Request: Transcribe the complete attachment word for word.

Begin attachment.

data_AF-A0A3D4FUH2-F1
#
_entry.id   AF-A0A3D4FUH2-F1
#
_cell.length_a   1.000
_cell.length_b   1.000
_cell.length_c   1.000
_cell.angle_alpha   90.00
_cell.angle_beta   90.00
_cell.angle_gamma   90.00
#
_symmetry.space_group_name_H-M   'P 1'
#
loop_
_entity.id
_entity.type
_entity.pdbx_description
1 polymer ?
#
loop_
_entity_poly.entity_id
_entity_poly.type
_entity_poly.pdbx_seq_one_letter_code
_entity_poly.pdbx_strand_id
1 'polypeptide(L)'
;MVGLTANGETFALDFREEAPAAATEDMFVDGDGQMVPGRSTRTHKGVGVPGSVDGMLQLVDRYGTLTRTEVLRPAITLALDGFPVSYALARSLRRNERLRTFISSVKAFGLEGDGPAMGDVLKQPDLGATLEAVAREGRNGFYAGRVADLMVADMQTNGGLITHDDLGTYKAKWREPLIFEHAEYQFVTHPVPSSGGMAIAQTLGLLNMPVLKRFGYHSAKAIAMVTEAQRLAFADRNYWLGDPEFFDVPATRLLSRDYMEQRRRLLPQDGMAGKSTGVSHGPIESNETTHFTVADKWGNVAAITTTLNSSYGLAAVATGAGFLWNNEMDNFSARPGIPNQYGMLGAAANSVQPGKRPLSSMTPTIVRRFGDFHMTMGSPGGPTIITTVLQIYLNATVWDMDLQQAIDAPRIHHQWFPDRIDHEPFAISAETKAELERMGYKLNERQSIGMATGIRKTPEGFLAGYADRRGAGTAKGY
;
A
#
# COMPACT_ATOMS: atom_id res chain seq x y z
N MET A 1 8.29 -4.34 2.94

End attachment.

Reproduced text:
data_AF-A0A3D4FUH2-F1
#
_entry.id   AF-A0A3D4FUH2-F1
#
_cell.length_a   1.000
_cell.length_b   1.000
_cell.length_c   1.000
_cell.angle_alpha   90.00
_cell.angle_beta   90.00
_cell.angle_gamma   90.00
#
_symmetry.space_group_name_H-M   'P 1'
#
loop_
_entity.id
_entity.type
_entity.pdbx_description
1 polymer ?
#
loop_
_entity_poly.entity_id
_entity_poly.type
_entity_poly.pdbx_seq_one_letter_code
_entity_poly.pdbx_strand_id
1 'polypeptide(L)'
;MVGLTANGETFALDFREEAPAAATEDMFVDGDGQMVPGRSTRTHKGVGVPGSVDGMLQLVDRYGTLTRTEVLRPAITLALDGFPVSYALARSLRRNERLRTFISSVKAFGLEGDGPAMGDVLKQPDLGATLEAVAREGRNGFYAGRVADLMVADMQTNGGLITHDDLGTYKAKWREPLIFEHAEYQFVTHPVPSSGGMAIAQTLGLLNMPVLKRFGYHSAKAIAMVTEAQRLAFADRNYWLGDPEFFDVPATRLLSRDYMEQRRRLLPQDGMAGKSTGVSHGPIESNETTHFTVADKWGNVAAITTTLNSSYGLAAVATGAGFLWNNEMDNFSARPGIPNQYGMLGAAANSVQPGKRPLSSMTPTIVRRFGDFHMTMGSPGGPTIITTVLQIYLNATVWDMDLQQAIDAPRIHHQWFPDRIDHEPFAISAETKAELERMGYKLNERQSIGMATGIRKTPEGFLAGYADRRGAGTAKGY
;
A
#
# COMPACT_ATOMS: atom_id res chain seq x y z
N MET A 1 8.29 -4.34 2.94